Sustainability of Reef Fishes and Causes of Harmful Algal Blooms

Discovering Lionfish

Dr. Stacey D. Lyle, Texas A&M University Corpus Christi.
Oct. 16 2012

The DSSI Global Explorer MK3 ROV (remotely operated vehicle) operated from R/V Falkor captured video of an invasive venomous lionfish on an artificial reef. This is the second lionfish that has been spotted by the Harte Research Institute (HRI) Fisheries Group.  Both sightings took place on artificial reefs, but it is believed that once these fish have entered into an area they could be found in natural reefs and other hard bottom habitats. Additionally, earlier this summer HRI scientists noted several lionfish at the Flower Garden Banks National Marine Sanctuary located approximately 100 nautical miles offshore of southeast Texas.

An Indo-Pacfic marine fish has been found invading the Gulf of Mexico.
An Indo-Pacfic marine fish has been found invading the Gulf of Mexico.Schmidt Ocean Institute/Deep Sea Systems International.

As an invasive exotic species the lionfish likely has few predators on Gulf of Mexico reefs. Without any population control and a fairly broad diet, lionfish are hypothesized to compete with many native species for food resources. Combined with a relatively high reproductive activity, these characteristics of lionfish could be detrimental to the native reef fish community using these hardbottom habitats. Furthermore, lionfish presence represents a potential hazard to fisherman and divers that use these sites. This venomous lionfish has deadly spines that could cause extreme pain and sickness to humans handling this animal. Many regions throughout the southeast US, Bahamas, Bermuda, and the greater Caribbean have adopted lionfish “derbies” to help eradicate this invasive species and preserve coral reef communities.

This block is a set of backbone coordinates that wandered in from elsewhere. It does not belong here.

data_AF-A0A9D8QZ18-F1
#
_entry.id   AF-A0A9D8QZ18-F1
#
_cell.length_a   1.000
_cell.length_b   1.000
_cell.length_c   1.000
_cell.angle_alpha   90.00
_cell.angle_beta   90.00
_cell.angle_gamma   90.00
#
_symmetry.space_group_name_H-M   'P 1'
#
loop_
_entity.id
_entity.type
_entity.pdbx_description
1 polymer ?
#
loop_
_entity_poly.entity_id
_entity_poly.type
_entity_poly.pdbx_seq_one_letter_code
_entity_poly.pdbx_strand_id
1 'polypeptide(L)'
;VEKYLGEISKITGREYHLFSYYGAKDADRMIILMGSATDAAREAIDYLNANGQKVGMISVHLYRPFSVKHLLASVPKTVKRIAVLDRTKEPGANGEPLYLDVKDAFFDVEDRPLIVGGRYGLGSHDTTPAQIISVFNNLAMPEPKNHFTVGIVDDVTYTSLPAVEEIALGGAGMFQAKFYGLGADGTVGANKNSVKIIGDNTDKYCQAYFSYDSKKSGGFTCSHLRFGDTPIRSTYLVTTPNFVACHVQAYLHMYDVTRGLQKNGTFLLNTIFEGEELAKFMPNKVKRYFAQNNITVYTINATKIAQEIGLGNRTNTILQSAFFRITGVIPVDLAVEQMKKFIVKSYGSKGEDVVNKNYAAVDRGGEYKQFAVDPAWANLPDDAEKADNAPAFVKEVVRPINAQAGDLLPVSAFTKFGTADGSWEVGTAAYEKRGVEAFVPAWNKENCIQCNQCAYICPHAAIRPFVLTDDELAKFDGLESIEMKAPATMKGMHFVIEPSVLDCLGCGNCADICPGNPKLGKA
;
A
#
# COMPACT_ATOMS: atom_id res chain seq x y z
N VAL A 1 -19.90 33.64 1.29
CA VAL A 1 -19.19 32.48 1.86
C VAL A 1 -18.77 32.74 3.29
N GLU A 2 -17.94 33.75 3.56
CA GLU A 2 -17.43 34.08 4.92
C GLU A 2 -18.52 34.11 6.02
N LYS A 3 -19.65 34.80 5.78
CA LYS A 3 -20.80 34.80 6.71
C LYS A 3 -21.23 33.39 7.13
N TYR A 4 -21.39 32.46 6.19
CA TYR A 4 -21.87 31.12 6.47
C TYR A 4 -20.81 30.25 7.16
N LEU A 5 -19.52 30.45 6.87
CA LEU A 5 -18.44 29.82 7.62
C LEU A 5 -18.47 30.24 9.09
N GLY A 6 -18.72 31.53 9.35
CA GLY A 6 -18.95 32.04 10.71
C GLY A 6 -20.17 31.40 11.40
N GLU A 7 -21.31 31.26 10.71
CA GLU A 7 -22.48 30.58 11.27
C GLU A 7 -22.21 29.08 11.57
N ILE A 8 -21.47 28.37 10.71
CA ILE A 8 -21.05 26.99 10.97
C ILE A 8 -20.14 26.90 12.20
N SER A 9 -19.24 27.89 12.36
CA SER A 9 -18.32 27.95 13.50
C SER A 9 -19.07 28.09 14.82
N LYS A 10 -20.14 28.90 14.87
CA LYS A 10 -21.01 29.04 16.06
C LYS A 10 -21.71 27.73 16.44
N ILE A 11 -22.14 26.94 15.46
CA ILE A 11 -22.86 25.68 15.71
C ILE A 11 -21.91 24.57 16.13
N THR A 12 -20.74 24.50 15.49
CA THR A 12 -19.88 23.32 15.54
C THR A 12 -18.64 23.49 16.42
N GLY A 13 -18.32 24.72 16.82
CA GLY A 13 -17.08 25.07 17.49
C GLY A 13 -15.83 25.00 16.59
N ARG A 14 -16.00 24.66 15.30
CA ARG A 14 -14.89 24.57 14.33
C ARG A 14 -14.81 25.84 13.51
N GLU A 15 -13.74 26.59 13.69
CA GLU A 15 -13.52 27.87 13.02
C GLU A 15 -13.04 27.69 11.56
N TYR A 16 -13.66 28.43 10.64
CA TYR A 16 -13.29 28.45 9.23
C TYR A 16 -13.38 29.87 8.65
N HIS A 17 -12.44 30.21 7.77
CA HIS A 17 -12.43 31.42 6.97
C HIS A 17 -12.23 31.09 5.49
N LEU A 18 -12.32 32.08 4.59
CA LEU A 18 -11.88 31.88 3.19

While lionfish have been sighted throughout the Gulf of Mexico for a number of years, the multiple recent sightings off the Texas coast may be an early warning sign of the species’ westward expansion. Should populations become dense in this area, scientists may consider investigating the potential impacts of lionfish on the many species of recreationally and commercially important reef fish we have observed using these natural and artificial reefs.

Dr. Matt Ajemian works with the ROV team to invetory fish on the artificial reefs.
Dr. Matt Ajemian works with the ROV team to invetory fish on the artificial reefs.Dr. Stacey D. Lyle, Texas A&M University Corpus

The team plans to report the finding to the USGS Nonindigenous Aquatic Species program (NAS) through their website reporting portal. The purpose is to help document the current range of this nonindigenous aquatic species in the Gulf of Mexico.  The Fisheries Group suggest that other sighting be reports so that we can best understand the current distribution of the species.

Written by  Dr. Stacey D. Lyle, Edited by Dr. Matt Ajemian for Schmidt Ocean Institute

Lionfish spotted at an artificial reef off the south Texas coast by DSSI Global Explorer MK3 ROV launched from R/V Falkor on October 16, 2012.  Video credit: Deep Sea Systems International, Schmidt Ocean Institute.

Coverage Around the Web:
Texas A&M University- Corpus Christi Expedition Blog

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